Too bad. Daughters will learn how to be treated while out with you. Who should pay for the date, who should open her door. She will learn to be respected by you, and learn that she will deserve respect when she eventually marries. Perhaps I am creepy, but my five year old son and I are going on a “mother/son” date this Saturday. He is going to take me bowling while we spend time together. He will pay for the date, and open my door. He will also learn how to treat girls with respect and kindness.
I agree. And good for you and your son.
I’m a few years late on this, but I wanted to say I LOVE THIS!! I feel EXACTLY the same way, and always thought perhaps I am the only one to feel this way!! Thank you!
I love this. I’m a woman, but this whole “daddy daughter date” thing seems to have become a phenomenon after when it would have applied to me, thankfully.
My dad took me out for things just the two of us and that was special, but the whole “date” part that people have added completely weirds me out, for all and more of the reasons listed by the author.
Yeah…sounds like you spend too much time around people who are very rigid in their perceptions of gender roles and even homophobic. I take my sons on dates. Lots of mums take their daughters on dates. Lots of dads take their sons on dates. It simply means planning exclusive time together for a specific calendar DATE. It’s weird that you find that a creepy concept. It’s different from just saying “lets go to the zoo today” or “lets have lunch before we go to the supermarket” it’s planned. They feel special. Because it’s a planned date. Gender and cute alliteration… Read more »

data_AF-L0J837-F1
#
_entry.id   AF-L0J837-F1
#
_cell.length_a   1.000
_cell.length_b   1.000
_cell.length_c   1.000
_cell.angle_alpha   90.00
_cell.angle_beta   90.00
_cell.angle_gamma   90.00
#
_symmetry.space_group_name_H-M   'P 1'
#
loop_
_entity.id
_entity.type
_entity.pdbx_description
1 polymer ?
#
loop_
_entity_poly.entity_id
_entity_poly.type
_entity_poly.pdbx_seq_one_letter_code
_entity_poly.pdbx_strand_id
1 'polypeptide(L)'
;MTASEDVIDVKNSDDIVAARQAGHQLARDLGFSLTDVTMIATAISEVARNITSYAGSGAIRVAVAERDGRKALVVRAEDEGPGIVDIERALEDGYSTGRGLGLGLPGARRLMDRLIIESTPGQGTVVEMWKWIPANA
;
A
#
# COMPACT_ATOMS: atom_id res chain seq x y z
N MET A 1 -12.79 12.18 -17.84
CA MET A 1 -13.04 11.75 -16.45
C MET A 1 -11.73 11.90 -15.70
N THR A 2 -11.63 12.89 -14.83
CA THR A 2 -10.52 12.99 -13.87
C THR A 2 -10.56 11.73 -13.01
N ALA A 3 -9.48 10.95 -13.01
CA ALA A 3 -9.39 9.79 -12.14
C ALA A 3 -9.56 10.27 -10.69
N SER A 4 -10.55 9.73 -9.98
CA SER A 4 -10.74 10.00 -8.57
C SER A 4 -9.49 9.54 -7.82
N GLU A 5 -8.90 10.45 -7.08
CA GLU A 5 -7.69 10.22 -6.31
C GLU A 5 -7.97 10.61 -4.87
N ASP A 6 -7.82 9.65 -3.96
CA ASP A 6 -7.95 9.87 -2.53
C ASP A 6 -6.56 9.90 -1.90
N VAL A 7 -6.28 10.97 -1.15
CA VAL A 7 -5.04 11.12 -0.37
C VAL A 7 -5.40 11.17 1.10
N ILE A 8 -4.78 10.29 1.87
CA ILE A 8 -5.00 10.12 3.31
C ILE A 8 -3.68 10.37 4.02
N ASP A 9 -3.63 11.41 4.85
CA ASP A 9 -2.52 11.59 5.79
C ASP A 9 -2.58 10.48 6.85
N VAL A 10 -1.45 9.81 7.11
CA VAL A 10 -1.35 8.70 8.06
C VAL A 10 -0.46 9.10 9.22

I spent 5 minutes saying what you just said. Almost to a “T”. There is something else going on there. The biggest of them all is that society has romancized the word date. A date is not romantic. A date to a hotel room is romantic. A date to the movies, dinner, a dance, sporting event etc. is simply a scheduling of said event(s) with that person or people. Married couples go on dates. How can that be you say? They are already married so there’s no need to date? Because they would be subjecting themselves to romance they already… Read more »